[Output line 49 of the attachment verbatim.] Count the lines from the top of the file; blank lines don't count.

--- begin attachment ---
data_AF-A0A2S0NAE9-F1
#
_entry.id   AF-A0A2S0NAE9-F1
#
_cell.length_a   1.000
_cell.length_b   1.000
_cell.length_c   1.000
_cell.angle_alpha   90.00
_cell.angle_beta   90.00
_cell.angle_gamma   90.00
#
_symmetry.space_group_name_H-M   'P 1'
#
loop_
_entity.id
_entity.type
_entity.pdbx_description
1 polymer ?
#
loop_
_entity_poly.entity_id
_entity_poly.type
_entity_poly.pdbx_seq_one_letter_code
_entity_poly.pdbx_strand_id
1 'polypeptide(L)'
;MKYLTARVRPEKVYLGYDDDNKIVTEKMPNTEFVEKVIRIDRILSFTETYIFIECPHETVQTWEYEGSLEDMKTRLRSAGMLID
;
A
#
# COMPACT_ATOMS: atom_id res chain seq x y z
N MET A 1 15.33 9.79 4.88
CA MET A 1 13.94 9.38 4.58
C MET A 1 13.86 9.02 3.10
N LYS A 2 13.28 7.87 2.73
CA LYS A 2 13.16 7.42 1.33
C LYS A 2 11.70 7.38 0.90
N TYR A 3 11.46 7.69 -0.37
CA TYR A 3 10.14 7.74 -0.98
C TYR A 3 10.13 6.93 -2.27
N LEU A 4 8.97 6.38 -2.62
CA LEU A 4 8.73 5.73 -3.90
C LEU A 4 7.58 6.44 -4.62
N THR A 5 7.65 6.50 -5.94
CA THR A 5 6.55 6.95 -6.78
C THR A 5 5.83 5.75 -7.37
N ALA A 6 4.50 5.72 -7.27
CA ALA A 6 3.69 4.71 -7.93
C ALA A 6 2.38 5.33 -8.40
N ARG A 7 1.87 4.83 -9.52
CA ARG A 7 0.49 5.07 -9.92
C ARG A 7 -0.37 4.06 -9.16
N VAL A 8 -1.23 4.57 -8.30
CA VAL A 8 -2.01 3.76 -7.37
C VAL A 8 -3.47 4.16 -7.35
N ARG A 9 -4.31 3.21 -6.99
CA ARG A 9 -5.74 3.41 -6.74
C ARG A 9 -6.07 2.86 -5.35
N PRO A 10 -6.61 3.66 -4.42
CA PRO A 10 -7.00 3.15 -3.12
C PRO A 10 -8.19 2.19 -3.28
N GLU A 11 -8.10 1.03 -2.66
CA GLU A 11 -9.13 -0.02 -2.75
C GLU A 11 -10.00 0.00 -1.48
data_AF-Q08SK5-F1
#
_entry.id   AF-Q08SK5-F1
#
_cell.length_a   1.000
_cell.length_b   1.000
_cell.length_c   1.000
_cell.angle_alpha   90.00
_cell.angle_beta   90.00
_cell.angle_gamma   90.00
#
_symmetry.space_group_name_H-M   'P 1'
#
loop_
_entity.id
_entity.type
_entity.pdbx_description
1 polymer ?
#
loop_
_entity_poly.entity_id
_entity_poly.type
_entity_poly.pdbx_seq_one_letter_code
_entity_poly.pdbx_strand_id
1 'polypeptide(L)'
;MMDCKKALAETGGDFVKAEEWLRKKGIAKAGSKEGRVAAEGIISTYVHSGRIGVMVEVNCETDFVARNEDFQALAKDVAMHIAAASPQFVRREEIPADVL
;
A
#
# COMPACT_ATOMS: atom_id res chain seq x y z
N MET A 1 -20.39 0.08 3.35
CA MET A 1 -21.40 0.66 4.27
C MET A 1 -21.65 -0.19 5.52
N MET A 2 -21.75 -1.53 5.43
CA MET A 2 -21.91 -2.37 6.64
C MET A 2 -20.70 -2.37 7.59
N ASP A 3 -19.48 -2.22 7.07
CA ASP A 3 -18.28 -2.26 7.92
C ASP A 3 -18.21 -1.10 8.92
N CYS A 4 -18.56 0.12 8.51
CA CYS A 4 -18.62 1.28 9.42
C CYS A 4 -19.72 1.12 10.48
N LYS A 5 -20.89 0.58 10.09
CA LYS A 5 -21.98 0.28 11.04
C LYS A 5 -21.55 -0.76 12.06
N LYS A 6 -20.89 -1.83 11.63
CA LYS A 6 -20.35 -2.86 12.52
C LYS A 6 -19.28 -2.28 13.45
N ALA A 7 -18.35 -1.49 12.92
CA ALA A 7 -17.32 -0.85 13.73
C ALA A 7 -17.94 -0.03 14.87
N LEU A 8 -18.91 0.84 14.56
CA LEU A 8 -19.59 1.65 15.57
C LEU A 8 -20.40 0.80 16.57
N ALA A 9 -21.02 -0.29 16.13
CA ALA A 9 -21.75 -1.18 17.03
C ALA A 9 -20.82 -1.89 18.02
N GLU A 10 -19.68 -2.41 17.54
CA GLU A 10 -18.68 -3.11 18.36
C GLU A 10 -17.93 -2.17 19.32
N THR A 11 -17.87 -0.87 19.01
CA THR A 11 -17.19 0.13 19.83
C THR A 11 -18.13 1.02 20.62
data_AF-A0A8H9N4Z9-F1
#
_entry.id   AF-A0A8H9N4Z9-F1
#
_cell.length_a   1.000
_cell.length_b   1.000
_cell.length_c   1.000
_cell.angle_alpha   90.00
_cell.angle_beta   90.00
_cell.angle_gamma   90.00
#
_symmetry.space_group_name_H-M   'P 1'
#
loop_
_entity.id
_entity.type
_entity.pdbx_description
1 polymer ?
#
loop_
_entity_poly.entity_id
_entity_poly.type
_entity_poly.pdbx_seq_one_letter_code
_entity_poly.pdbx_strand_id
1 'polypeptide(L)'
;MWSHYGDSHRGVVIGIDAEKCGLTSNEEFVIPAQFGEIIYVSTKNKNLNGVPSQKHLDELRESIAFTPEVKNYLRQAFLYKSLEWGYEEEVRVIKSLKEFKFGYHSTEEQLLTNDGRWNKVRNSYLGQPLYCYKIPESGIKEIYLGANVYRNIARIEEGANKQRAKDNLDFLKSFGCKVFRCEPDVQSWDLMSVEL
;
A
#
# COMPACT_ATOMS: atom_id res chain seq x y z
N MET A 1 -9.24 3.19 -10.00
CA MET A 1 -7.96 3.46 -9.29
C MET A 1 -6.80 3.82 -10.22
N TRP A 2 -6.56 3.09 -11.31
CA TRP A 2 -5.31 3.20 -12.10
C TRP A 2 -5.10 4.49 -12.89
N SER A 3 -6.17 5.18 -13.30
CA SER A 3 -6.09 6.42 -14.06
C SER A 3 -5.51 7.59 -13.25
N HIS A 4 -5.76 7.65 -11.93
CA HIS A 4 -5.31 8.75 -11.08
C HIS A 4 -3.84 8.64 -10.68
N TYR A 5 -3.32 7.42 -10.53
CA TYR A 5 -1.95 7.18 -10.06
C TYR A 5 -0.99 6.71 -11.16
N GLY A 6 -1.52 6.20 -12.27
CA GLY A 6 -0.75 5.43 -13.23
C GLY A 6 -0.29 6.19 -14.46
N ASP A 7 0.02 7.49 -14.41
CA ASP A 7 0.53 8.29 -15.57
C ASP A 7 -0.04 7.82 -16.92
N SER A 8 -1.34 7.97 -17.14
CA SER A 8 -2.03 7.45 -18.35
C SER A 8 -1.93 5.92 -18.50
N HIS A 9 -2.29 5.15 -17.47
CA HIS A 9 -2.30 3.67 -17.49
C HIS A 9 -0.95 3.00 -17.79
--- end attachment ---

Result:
N ARG A 7 1.87 4.83 -9.52